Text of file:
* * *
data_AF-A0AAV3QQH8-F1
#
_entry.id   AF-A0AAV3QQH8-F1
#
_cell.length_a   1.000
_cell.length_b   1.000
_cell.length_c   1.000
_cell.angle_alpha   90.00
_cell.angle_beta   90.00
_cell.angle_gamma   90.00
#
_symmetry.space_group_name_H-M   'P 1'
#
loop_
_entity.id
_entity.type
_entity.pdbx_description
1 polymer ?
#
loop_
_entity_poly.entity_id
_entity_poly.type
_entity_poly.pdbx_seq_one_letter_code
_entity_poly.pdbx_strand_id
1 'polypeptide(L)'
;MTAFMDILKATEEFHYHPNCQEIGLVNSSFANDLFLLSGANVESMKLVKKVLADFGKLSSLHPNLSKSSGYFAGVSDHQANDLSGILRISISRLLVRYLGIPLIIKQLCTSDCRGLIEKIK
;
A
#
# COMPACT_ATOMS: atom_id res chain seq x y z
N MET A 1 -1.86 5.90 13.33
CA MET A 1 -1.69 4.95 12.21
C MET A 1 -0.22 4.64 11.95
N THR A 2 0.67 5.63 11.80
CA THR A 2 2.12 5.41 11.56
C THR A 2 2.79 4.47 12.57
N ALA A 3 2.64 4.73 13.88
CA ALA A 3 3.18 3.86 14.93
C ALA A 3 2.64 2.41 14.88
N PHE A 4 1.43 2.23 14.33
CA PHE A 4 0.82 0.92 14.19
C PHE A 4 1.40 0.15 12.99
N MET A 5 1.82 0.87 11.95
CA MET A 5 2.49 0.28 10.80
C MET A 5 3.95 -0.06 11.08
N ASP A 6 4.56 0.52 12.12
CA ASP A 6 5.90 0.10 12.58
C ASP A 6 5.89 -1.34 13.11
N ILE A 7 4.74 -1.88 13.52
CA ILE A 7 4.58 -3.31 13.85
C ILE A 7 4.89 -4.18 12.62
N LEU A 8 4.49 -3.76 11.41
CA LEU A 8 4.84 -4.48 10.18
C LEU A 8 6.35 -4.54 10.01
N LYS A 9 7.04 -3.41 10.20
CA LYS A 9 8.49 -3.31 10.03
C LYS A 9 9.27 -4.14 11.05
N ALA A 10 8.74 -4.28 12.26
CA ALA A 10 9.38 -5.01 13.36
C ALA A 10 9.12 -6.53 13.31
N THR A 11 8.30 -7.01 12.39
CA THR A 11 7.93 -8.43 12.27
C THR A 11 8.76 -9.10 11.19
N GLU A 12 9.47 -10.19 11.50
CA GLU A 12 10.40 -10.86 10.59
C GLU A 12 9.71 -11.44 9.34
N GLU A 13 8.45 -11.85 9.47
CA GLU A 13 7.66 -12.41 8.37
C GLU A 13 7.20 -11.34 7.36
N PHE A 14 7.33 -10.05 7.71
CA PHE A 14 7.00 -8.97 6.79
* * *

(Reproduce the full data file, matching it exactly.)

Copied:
data_AF-A0AAV3QQH8-F1
#
_entry.id   AF-A0AAV3QQH8-F1
#
_cell.length_a   1.000
_cell.length_b   1.000
_cell.length_c   1.000
_cell.angle_alpha   90.00
_cell.angle_beta   90.00
_cell.angle_gamma   90.00
#
_symmetry.space_group_name_H-M   'P 1'
#
loop_
_entity.id
_entity.type
_entity.pdbx_description
1 polymer ?
#
loop_
_entity_poly.entity_id
_entity_poly.type
_entity_poly.pdbx_seq_one_letter_code
_entity_poly.pdbx_strand_id
1 'polypeptide(L)'
;MTAFMDILKATEEFHYHPNCQEIGLVNSSFANDLFLLSGANVESMKLVKKVLADFGKLSSLHPNLSKSSGYFAGVSDHQANDLSGILRISISRLLVRYLGIPLIIKQLCTSDCRGLIEKIK
;
A
#
# COMPACT_ATOMS: atom_id res chain seq x y z
N MET A 1 -1.86 5.90 13.33
CA MET A 1 -1.69 4.95 12.21
C MET A 1 -0.22 4.64 11.95
N THR A 2 0.67 5.63 11.80
CA THR A 2 2.12 5.41 11.56
C THR A 2 2.79 4.47 12.57
N ALA A 3 2.64 4.73 13.88
CA ALA A 3 3.18 3.86 14.93
C ALA A 3 2.64 2.41 14.88
N PHE A 4 1.43 2.23 14.33
CA PHE A 4 0.82 0.92 14.19
C PHE A 4 1.40 0.15 12.99
N MET A 5 1.82 0.87 11.95
CA MET A 5 2.49 0.28 10.80
C MET A 5 3.95 -0.06 11.08
N ASP A 6 4.56 0.52 12.12
CA ASP A 6 5.90 0.10 12.58
C ASP A 6 5.89 -1.34 13.11
N ILE A 7 4.74 -1.88 13.52
CA ILE A 7 4.58 -3.31 13.85
C ILE A 7 4.89 -4.18 12.62
N LEU A 8 4.49 -3.76 11.41
CA LEU A 8 4.84 -4.48 10.18
C LEU A 8 6.35 -4.54 10.01
N LYS A 9 7.04 -3.41 10.20
CA LYS A 9 8.49 -3.31 10.03
C LYS A 9 9.27 -4.14 11.05
N ALA A 10 8.74 -4.28 12.26
CA ALA A 10 9.38 -5.01 13.36
C ALA A 10 9.12 -6.53 13.31
N THR A 11 8.30 -7.01 12.39
CA THR A 11 7.93 -8.43 12.27
C THR A 11 8.76 -9.10 11.19
N GLU A 12 9.47 -10.19 11.50
CA GLU A 12 10.40 -10.86 10.59
C GLU A 12 9.71 -11.44 9.34
N GLU A 13 8.45 -11.85 9.47
CA GLU A 13 7.66 -12.41 8.37
C GLU A 13 7.20 -11.34 7.36
N PHE A 14 7.33 -10.05 7.71
CA PHE A 14 7.00 -8.97 6.79